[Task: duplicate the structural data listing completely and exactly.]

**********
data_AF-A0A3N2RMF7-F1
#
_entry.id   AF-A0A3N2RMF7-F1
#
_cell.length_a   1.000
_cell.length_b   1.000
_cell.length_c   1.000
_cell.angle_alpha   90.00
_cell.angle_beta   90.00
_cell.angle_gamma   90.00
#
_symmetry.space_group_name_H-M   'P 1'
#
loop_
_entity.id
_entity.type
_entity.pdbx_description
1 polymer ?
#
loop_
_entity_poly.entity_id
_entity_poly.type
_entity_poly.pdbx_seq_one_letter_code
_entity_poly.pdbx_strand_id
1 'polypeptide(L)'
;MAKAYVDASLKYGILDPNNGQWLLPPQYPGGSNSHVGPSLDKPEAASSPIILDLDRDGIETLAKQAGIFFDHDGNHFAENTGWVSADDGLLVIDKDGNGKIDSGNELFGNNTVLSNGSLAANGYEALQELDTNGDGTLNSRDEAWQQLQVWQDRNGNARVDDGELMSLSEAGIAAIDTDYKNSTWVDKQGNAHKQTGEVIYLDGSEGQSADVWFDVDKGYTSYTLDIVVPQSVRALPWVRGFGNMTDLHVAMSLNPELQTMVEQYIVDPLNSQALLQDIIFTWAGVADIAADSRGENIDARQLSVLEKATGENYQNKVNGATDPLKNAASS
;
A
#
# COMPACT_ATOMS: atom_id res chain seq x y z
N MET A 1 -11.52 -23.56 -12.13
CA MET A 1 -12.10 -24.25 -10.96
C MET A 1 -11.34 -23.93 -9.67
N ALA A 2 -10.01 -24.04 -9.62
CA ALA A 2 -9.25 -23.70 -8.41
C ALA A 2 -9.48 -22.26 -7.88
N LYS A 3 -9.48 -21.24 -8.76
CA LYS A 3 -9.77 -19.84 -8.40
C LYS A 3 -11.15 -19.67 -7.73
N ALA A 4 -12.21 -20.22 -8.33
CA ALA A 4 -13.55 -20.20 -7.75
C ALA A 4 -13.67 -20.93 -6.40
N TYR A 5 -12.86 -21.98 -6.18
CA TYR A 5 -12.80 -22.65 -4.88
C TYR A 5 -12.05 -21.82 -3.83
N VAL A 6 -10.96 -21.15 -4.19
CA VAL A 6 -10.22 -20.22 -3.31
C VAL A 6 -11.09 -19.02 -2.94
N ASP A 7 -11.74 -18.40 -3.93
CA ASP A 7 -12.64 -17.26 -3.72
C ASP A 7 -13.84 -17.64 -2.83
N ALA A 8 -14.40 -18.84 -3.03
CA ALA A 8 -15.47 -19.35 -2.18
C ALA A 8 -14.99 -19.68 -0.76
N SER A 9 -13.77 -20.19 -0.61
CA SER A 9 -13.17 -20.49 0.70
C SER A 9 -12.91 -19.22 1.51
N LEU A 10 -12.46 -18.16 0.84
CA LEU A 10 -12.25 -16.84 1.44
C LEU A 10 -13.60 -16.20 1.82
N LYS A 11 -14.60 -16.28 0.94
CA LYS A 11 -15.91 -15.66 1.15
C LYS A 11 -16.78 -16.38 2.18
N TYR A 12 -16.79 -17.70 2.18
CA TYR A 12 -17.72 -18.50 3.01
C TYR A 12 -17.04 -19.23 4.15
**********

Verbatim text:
data_AF-A0A3N2RMF7-F1
#
_entry.id   AF-A0A3N2RMF7-F1
#
_cell.length_a   1.000
_cell.length_b   1.000
_cell.length_c   1.000
_cell.angle_alpha   90.00
_cell.angle_beta   90.00
_cell.angle_gamma   90.00
#
_symmetry.space_group_name_H-M   'P 1'
#
loop_
_entity.id
_entity.type
_entity.pdbx_description
1 polymer ?
#
loop_
_entity_poly.entity_id
_entity_poly.type
_entity_poly.pdbx_seq_one_letter_code
_entity_poly.pdbx_strand_id
1 'polypeptide(L)'
;MAKAYVDASLKYGILDPNNGQWLLPPQYPGGSNSHVGPSLDKPEAASSPIILDLDRDGIETLAKQAGIFFDHDGNHFAENTGWVSADDGLLVIDKDGNGKIDSGNELFGNNTVLSNGSLAANGYEALQELDTNGDGTLNSRDEAWQQLQVWQDRNGNARVDDGELMSLSEAGIAAIDTDYKNSTWVDKQGNAHKQTGEVIYLDGSEGQSADVWFDVDKGYTSYTLDIVVPQSVRALPWVRGFGNMTDLHVAMSLNPELQTMVEQYIVDPLNSQALLQDIIFTWAGVADIAADSRGENIDARQLSVLEKATGENYQNKVNGATDPLKNAASS
;
A
#
# COMPACT_ATOMS: atom_id res chain seq x y z
N MET A 1 -11.52 -23.56 -12.13
CA MET A 1 -12.10 -24.25 -10.96
C MET A 1 -11.34 -23.93 -9.67
N ALA A 2 -10.01 -24.04 -9.62
CA ALA A 2 -9.25 -23.70 -8.41
C ALA A 2 -9.48 -22.26 -7.88
N LYS A 3 -9.48 -21.24 -8.76
CA LYS A 3 -9.77 -19.84 -8.40
C LYS A 3 -11.15 -19.67 -7.73
N ALA A 4 -12.21 -20.22 -8.33
CA ALA A 4 -13.55 -20.20 -7.75
C ALA A 4 -13.67 -20.93 -6.40
N TYR A 5 -12.86 -21.98 -6.18
CA TYR A 5 -12.80 -22.65 -4.88
C TYR A 5 -12.05 -21.82 -3.83
N VAL A 6 -10.96 -21.15 -4.19
CA VAL A 6 -10.22 -20.22 -3.31
C VAL A 6 -11.09 -19.02 -2.94
N ASP A 7 -11.74 -18.40 -3.93
CA ASP A 7 -12.64 -17.26 -3.72
C ASP A 7 -13.84 -17.64 -2.83
N ALA A 8 -14.40 -18.84 -3.03
CA ALA A 8 -15.47 -19.35 -2.18
C ALA A 8 -14.99 -19.68 -0.76
N SER A 9 -13.77 -20.19 -0.61
CA SER A 9 -13.17 -20.49 0.70
C SER A 9 -12.91 -19.22 1.51
N LEU A 10 -12.46 -18.16 0.84
CA LEU A 10 -12.25 -16.84 1.44
C LEU A 10 -13.60 -16.20 1.82
N LYS A 11 -14.60 -16.28 0.94
CA LYS A 11 -15.91 -15.66 1.15
C LYS A 11 -16.78 -16.38 2.18
N TYR A 12 -16.79 -17.70 2.18
CA TYR A 12 -17.72 -18.50 3.01
C TYR A 12 -17.04 -19.23 4.15